UK Charity Commission to Probe Temple Council for Inviting Hindu Hardliner
United Kingdom’s Charity Commission has opened a compliance case against the National Council of Hindu Temples, UK, (NCHTUK) for inviting controversial religious activist Tapan Ghosh to speak at an event on “Love Jihad” in the House of Commons last month.
Senior Conservative party members who were present at the event where Ghosh was invited have now distanced themselves from it. Ghosh has been held in preventive custody five times in India for fear of spread of religious disharmony.
The event was hosted by Conservative Party MP Bob Blackman, the chairman of All Party Parliamentary Group (APPG) for British Hindus, who denied that any “abhorrent” remarks were made on the occasion. He added: “One of the most worrying trends in recent years has been grooming and forced conversions of Hindu minorities in the UK and countries like Bangladesh and Pakistan. In our commitment as a nation to fight extremism and radicalization it is important to hear the voices of suppressed minorities. As for the event in question, the choice of speakers and the views expressed are entirely the NCHT’s, who are the organizers.”
Ghosh attended a Diwali event with Indian-origin British MP Priti Patel, who is the Secretary of State of International Development, and Amber Rudd, the Home Secretary of the United Kingdom.
Rudd’s spokesperson said in a statement: “The home secretary fundamentally disagrees with Mr Ghosh’s views on Islam. The home secretary accepted an invitation from the Hindu Forum of Britain to attend an event in parliament last week to celebrate Diwali. She did not speak to Mr Ghosh and was not present when he spoke.”
Ghosh, the founder of Hindu Samhati in West Bengal, gave the keynote address at the event “Tolerating the intolerant: The abuse of Hindu human rights in Europe and India”.
Charity Status in Question
“The Commission has opened a case into the National Council of Hindu Temples (UK) to assess concerns raised regarding a speaker at an event linked to the charity,” the Charity Commission said in a statement on Nov. 3.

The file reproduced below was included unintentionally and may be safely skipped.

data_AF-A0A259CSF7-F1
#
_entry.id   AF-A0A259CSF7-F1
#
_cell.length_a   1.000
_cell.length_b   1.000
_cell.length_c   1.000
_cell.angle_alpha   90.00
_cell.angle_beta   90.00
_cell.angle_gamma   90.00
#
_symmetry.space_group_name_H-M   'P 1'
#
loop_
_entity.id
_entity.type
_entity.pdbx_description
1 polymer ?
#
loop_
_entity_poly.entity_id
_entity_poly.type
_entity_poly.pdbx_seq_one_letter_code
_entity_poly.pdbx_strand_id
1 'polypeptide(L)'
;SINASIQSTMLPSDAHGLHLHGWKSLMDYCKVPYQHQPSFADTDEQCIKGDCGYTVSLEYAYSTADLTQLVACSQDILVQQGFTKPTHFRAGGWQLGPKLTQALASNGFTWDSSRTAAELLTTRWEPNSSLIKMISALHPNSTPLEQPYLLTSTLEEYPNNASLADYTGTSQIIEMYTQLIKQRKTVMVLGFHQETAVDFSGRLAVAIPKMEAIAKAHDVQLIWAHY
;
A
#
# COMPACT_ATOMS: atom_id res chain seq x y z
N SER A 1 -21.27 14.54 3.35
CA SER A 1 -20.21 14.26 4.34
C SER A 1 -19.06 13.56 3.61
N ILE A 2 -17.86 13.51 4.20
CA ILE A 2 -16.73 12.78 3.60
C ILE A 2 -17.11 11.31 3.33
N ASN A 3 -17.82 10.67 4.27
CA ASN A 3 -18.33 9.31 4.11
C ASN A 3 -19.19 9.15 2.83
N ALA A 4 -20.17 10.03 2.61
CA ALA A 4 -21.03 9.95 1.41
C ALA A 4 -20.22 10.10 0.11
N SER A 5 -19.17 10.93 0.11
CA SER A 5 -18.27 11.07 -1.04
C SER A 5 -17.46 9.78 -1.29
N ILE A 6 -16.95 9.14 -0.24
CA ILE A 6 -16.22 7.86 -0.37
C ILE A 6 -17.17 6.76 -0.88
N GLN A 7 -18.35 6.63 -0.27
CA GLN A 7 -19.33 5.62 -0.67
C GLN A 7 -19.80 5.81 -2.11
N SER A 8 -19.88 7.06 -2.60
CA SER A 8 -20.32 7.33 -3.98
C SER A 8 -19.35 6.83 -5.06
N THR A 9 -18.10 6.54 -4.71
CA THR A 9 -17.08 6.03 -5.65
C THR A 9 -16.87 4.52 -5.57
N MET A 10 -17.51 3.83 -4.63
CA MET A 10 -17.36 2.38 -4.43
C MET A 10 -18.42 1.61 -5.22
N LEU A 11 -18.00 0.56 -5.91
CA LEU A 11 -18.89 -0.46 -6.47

An open letter has also been crafted by the Association of British Muslims, the Asian Mums Network, and the Women Against Radicalisation Network demanding that the NCHTUK be removed from its charity status.
“We believe the NCHTUK should be stripped of its charity status for inciting religious hatred…[Ghosh] runs a hardline Hindu militant group whose sole purpose is to demonise and ’protect Hindus from Muslim aggression’,” the letter reads.
The event, according to the council of Hindu temples, focused on the “sustained targeting and abuse of Hindu and Sikh girls… their selection on the basis of their religion and their subsequent physical and emotional abuse for the purposes of forced conversion to Islam”. This is a concept popularly known as “Love Jihad” in India, which has led to intense debate and violence in some cases.
The general secretary of the NCHTUK, Satish Sharma, dismissed the accusations, saying, “[Ghosh] has been working in the particular space in Bengal for a long period of time. Controversy is something that an awful lot of people court and we couldn’t find somebody [else] who had his decades of grassroots experience. In terms of the media frenzy, we do not stand by any claims or any statement that have been attributed to him. We reject them without reservation.”
Ghosh also met former neo-Nazi leader Tommy Robinson during his visit to the United Kingdom.
Tapan Ghosh — A Controversial Figure
Ghosh was put in preventive custody five times during 2012 and 2014 to avoid communal tension. He was a member of Hindu nationalist groups Rashtriya Swayamsevak Sangh (RSS) and Vishva Hindu Parishad (VHP) until 2007.
“The conquering attitude of Muslims has affected the rural Hindus in a huge way. These victims do not get any response from political parties, thanks to their ‘secular’ agenda. A rape is first checked for secularism, before being addressed as an issue. This is when the parents of the rape victim come to me as a last resort,” Ghosh said in an interview to a Hindu website in 2014.